After making an award of custody, the court shall, upon request of the non-custodial parent, grant such rights of visitation as will enable the child and the non-custodial parent to maintain a parent-child relationship unless the court finds, after a hearing, that visitation is likely to endanger the child’s physical or emotional health . . . . If the court finds that the non-custodial parent has physically or emotionally abused the child, the court may require that visitation be supervised or prohibited until such abuse had ceased or until there is no reasonable likelihood that such abuse will recur.

The Court reviewed the case law establishing the high standard that must be met in order to suspend parenting time altogether.

First, the trial court must make a specific finding, based on definite evidence, that visitation would cause harm to the child. After making this finding, the trial court must then determine the least restrictive visitation plan as available and practical. In determining the least restrictive visitation plan, the trial court must make specific findings, based on definite evidence, that any less restrictive visitation would be harmful to the child. The burden of proof on both the issue of harm and the least restrictive visitation plan, is on the party seeking to restrict visitation. In making these determinations, the trial court must bear in mind that “it is the public policy of the state of Tennessee that courts shall grant parenting time with the non-custodial parent unless visitation will harm the child.”

After reviewing the record, the Court observed:

The record is replete with evidence of Father’s domineering and abusive conduct towards both Mother and Son, in countless ways, large and small. Father’s conduct demonstrated his belief that his role as husband and father entitled him to be the despot of the household. . . . We find no abuse of discretion in the trial court’s order regarding Father’s parenting time. Indeed, the trial court’s wise order provides Father an avenue to form a relationship with Son, if it is not already damaged beyond repair. It is up to Father as to whether or not he will comply with the trial court’s order. In the meantime, Father finds himself lying in the bed that he has made, and this Court will not order otherwise. The trial court’s order as to the parenting arrangement is affirmed.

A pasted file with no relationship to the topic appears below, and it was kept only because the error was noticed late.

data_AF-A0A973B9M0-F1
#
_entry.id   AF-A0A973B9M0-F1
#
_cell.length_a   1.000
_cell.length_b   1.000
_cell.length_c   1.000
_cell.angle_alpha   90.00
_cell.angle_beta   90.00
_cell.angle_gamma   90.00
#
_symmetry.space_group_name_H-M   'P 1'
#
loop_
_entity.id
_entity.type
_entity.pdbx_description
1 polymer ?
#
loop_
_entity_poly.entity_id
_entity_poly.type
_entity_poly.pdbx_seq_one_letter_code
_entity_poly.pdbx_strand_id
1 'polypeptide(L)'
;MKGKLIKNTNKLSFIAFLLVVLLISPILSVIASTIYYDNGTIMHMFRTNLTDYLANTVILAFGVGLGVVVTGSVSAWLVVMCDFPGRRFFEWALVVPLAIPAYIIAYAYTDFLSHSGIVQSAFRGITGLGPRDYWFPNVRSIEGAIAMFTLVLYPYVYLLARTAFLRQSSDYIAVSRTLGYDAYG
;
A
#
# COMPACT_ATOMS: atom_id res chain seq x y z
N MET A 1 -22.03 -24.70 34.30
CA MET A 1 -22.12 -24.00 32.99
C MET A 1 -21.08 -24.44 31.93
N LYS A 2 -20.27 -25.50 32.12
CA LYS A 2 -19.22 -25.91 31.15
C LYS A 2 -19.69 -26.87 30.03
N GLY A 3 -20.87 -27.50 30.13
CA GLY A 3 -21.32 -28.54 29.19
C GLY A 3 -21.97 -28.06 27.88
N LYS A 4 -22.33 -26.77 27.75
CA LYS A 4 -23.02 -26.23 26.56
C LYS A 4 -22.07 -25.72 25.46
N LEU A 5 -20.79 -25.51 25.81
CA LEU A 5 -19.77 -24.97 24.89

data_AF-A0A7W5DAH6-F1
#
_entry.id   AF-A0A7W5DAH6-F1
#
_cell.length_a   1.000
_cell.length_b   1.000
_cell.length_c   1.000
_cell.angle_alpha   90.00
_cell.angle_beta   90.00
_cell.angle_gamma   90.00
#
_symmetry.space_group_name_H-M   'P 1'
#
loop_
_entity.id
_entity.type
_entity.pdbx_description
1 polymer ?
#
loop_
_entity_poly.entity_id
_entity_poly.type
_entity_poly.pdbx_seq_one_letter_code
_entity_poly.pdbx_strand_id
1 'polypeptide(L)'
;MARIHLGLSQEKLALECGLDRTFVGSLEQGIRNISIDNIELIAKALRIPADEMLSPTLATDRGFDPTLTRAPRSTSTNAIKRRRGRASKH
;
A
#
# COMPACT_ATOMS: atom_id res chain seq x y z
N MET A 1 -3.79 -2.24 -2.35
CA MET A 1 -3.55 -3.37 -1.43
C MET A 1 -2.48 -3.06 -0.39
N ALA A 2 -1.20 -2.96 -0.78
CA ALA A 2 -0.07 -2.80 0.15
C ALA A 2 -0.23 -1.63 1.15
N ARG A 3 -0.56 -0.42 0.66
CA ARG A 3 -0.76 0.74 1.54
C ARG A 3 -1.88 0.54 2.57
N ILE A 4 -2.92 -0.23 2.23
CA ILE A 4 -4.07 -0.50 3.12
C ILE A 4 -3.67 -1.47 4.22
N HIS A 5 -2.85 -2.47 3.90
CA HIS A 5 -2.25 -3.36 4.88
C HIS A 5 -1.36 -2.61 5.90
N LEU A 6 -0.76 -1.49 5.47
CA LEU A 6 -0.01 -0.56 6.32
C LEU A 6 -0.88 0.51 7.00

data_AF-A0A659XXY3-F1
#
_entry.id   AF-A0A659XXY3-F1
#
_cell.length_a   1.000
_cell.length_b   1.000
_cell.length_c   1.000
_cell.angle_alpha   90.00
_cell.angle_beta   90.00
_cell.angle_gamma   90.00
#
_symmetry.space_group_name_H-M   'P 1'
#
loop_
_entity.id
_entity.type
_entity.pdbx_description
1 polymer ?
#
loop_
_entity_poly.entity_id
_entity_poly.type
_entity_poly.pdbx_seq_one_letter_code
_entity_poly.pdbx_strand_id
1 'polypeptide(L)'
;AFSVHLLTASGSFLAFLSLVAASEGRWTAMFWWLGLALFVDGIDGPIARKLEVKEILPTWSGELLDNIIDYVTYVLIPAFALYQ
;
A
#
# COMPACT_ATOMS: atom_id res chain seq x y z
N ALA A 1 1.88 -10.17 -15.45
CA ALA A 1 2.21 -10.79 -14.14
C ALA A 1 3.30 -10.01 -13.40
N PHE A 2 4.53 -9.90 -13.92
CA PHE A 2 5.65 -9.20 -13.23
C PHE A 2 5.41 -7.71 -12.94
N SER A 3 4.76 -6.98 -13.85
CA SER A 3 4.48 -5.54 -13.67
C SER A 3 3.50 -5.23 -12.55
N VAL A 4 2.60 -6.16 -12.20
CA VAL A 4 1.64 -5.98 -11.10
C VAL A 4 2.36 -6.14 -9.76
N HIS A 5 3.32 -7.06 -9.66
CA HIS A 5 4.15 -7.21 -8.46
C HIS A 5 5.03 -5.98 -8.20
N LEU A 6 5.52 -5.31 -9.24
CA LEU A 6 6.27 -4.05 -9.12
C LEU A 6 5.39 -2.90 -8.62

Regarding the marital residence, the Court reversed the trial court and removed Father’s $30,000 lien on the property.

We agree with Father’s insistence that the house is marital property. The $120,000 monetary gift from Mother’s friend was deposited into a joint account and then used to pay off the mortgage, and thus was transmuted. Nevertheless, the fact that such a large portion of the equity in the home came from a gift to Mother, while not determinative, may be considered.

In this case, at Mother’s level of income and expenses, it is highly unlikely that Mother will be able to accumulate the $30,000 to pay off the lien on the marital home, so when Son reaches majority, she will be forced to either sell the home or take on a mortgage payment that she cannot afford. We must respectfully conclude that “the legislative polices [favoring the use of property division to address economic disadvantage] are best furthered in this case by modifying the trial court’s property division to eliminate” the $30,000 lien and debt in favor of Father. Accordingly, we modify the property division by revising the award to Father of $30,000 and vacate the lien placed on the marital home to secure that payment.

Needless to say, you’re having a very bad day when the Court of Appeals tells you to lie in the bed you made.

Winkler v. Winkler (Tennessee Court of Appeals, Western Section, October 25, 2011).

Information provided by K.O. Herston: Knoxville, Tennessee Matrimonial, Divorce and Family Law Attorney.